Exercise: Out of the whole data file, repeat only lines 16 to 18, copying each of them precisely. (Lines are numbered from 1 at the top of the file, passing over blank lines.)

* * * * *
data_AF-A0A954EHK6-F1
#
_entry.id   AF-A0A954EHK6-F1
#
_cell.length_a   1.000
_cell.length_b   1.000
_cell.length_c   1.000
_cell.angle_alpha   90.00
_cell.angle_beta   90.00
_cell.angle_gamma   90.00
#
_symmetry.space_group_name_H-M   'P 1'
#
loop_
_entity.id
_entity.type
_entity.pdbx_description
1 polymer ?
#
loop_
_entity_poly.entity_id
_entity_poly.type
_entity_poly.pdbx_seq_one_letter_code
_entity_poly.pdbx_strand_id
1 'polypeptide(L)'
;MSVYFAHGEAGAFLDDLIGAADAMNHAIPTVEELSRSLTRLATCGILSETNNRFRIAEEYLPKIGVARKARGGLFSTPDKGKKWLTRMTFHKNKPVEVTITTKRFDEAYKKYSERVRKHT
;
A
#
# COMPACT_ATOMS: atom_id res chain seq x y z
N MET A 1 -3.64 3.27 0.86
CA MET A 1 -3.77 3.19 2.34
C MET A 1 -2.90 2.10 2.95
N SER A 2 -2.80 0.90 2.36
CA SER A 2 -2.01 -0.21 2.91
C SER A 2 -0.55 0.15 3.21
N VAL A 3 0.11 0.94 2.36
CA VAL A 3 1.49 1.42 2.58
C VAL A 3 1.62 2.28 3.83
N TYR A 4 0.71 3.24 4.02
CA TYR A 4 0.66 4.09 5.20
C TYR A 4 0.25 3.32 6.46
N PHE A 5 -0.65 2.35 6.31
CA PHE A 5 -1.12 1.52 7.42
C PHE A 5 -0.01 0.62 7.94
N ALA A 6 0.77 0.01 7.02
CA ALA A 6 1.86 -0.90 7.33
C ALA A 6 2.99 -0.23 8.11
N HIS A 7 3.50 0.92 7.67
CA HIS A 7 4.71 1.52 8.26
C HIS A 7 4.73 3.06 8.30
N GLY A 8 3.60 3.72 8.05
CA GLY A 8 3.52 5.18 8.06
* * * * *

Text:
_entity.type
_entity.pdbx_description
1 polymer ?